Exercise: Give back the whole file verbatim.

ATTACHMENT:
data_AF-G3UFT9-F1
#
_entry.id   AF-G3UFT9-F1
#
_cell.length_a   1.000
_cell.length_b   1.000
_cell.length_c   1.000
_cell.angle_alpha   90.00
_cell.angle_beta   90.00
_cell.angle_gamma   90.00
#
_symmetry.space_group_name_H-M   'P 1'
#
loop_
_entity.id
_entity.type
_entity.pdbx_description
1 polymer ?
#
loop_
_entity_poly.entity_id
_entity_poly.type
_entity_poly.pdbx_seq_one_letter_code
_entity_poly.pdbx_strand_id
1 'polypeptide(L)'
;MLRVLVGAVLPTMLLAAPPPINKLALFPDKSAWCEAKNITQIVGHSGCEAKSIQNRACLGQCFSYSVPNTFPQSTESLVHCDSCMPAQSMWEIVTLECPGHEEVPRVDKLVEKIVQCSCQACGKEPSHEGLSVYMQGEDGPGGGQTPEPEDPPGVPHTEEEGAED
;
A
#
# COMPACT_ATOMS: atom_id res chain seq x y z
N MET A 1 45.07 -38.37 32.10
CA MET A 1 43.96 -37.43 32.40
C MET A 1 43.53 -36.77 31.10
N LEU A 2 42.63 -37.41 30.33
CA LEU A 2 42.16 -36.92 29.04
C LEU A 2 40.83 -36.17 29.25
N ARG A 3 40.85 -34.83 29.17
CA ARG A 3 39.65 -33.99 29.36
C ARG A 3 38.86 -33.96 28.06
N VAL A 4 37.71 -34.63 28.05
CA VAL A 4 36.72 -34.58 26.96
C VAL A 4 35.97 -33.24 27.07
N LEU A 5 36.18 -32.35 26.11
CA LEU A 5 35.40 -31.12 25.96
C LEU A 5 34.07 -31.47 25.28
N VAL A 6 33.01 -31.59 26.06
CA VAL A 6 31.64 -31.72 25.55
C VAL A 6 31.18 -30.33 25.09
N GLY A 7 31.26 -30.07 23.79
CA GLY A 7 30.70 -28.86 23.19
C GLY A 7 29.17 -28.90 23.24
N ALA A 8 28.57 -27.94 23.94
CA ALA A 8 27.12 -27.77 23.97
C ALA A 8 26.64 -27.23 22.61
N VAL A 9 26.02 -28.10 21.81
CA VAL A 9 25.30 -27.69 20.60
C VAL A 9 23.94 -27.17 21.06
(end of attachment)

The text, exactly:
data_AF-G3UFT9-F1
#
_entry.id   AF-G3UFT9-F1
#
_cell.length_a   1.000
_cell.length_b   1.000
_cell.length_c   1.000
_cell.angle_alpha   90.00
_cell.angle_beta   90.00
_cell.angle_gamma   90.00
#
_symmetry.space_group_name_H-M   'P 1'
#
loop_
_entity.id
_entity.type
_entity.pdbx_description
1 polymer ?
#
loop_
_entity_poly.entity_id
_entity_poly.type
_entity_poly.pdbx_seq_one_letter_code
_entity_poly.pdbx_strand_id
1 'polypeptide(L)'
;MLRVLVGAVLPTMLLAAPPPINKLALFPDKSAWCEAKNITQIVGHSGCEAKSIQNRACLGQCFSYSVPNTFPQSTESLVHCDSCMPAQSMWEIVTLECPGHEEVPRVDKLVEKIVQCSCQACGKEPSHEGLSVYMQGEDGPGGGQTPEPEDPPGVPHTEEEGAED
;
A
#
# COMPACT_ATOMS: atom_id res chain seq x y z
N MET A 1 45.07 -38.37 32.10
CA MET A 1 43.96 -37.43 32.40
C MET A 1 43.53 -36.77 31.10
N LEU A 2 42.63 -37.41 30.33
CA LEU A 2 42.16 -36.92 29.04
C LEU A 2 40.83 -36.17 29.25
N ARG A 3 40.85 -34.83 29.17
CA ARG A 3 39.65 -33.99 29.36
C ARG A 3 38.86 -33.96 28.06
N VAL A 4 37.71 -34.63 28.05
CA VAL A 4 36.72 -34.58 26.96
C VAL A 4 35.97 -33.24 27.07
N LEU A 5 36.18 -32.35 26.11
CA LEU A 5 35.40 -31.12 25.96
C LEU A 5 34.07 -31.47 25.28
N VAL A 6 33.01 -31.59 26.06
CA VAL A 6 31.64 -31.72 25.55
C VAL A 6 31.18 -30.33 25.09
N GLY A 7 31.26 -30.07 23.79
CA GLY A 7 30.70 -28.86 23.19
C GLY A 7 29.17 -28.90 23.24
N ALA A 8 28.57 -27.94 23.94
CA ALA A 8 27.12 -27.77 23.97
C ALA A 8 26.64 -27.23 22.61
N VAL A 9 26.02 -28.10 21.81
CA VAL A 9 25.30 -27.69 20.60
C VAL A 9 23.94 -27.17 21.06